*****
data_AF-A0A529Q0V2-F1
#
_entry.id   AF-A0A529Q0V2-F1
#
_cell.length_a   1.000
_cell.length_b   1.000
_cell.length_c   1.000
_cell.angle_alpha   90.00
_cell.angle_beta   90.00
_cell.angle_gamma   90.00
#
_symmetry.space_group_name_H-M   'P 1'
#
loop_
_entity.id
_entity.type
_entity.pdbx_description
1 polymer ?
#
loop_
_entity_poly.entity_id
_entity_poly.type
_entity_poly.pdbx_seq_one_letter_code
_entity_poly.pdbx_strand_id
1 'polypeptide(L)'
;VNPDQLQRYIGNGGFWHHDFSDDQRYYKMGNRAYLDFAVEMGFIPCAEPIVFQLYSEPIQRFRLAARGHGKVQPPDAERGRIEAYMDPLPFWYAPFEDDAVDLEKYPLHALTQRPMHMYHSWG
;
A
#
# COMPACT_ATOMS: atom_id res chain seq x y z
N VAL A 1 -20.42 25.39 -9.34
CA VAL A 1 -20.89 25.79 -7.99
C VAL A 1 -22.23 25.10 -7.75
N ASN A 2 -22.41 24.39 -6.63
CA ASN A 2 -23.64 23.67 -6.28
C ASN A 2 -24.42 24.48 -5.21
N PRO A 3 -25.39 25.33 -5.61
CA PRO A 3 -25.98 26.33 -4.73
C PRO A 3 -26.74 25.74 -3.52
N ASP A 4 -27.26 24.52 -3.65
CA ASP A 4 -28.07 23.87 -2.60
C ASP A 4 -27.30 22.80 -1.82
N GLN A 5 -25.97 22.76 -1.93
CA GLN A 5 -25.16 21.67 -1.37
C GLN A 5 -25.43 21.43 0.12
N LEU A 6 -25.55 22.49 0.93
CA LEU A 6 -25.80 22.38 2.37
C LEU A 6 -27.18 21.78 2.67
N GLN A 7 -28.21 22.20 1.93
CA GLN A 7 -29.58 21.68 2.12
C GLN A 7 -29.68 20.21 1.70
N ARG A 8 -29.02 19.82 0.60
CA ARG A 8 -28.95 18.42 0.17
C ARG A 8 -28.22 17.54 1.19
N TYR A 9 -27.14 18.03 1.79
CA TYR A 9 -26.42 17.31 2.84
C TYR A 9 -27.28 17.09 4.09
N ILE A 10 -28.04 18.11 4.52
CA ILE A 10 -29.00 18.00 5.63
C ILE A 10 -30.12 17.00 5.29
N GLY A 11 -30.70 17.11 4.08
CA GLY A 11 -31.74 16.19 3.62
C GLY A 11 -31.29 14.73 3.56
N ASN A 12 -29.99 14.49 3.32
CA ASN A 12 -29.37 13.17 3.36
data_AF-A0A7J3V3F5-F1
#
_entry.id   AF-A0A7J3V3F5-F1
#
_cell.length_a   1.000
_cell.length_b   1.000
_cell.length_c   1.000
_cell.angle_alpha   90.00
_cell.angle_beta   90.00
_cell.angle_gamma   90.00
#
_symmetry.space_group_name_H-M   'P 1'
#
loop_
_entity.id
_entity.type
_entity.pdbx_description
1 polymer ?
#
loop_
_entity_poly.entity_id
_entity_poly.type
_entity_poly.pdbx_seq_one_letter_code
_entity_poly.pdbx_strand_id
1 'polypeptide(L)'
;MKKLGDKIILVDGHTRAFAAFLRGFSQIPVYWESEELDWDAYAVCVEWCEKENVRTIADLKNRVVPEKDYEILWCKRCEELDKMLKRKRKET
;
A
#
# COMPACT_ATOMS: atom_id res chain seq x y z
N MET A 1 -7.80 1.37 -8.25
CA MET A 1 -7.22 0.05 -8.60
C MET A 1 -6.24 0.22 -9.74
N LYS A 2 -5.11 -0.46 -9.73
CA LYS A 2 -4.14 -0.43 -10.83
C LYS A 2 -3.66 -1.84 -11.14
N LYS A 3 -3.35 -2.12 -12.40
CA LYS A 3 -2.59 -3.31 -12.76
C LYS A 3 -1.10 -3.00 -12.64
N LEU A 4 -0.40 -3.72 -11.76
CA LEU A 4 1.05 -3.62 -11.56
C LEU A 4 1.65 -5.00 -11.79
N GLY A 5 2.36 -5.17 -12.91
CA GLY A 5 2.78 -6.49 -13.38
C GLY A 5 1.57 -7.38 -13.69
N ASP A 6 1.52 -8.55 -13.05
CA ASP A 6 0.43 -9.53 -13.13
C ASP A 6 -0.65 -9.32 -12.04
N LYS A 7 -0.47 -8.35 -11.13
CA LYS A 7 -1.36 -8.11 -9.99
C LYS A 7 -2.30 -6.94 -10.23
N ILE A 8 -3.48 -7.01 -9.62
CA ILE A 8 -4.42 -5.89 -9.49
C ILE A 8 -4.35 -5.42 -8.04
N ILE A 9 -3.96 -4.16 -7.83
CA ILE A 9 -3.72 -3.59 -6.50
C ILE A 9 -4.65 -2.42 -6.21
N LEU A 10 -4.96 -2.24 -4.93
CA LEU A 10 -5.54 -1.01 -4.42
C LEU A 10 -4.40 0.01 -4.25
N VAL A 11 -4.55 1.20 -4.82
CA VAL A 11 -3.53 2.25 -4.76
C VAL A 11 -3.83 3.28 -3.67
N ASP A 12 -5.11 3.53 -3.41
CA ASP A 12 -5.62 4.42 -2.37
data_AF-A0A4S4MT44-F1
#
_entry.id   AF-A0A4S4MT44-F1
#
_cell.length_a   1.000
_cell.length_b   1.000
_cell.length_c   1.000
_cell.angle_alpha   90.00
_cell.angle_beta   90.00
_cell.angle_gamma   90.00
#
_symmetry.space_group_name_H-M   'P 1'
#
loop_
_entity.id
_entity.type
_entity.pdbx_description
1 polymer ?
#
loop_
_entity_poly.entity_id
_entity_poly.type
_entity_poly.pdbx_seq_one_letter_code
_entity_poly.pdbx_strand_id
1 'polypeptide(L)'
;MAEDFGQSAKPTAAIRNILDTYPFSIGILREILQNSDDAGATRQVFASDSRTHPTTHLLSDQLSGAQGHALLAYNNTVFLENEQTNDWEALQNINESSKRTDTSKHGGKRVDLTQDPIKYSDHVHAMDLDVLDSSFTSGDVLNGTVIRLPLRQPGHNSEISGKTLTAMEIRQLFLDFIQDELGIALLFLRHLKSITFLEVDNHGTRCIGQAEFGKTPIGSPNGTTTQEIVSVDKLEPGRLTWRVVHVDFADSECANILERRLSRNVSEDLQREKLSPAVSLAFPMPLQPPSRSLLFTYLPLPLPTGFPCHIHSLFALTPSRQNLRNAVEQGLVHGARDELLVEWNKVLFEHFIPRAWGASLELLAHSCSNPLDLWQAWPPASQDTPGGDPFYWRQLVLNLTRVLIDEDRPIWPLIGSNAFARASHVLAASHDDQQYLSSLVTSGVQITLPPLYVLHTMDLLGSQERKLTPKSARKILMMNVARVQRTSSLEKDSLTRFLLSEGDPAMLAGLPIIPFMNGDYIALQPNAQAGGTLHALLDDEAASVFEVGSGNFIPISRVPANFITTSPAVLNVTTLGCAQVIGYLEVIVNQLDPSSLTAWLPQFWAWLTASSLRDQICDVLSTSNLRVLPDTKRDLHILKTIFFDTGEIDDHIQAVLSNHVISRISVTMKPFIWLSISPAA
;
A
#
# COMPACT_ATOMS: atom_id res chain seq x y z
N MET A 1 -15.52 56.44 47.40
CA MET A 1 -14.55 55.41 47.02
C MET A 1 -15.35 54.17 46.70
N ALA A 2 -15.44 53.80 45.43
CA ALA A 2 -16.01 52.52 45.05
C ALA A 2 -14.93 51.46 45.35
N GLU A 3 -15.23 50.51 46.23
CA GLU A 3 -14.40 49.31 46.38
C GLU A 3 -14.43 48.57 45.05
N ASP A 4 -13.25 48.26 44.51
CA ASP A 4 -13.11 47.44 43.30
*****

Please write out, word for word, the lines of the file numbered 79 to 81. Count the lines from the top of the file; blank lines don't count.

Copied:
loop_
_entity.id
_entity.type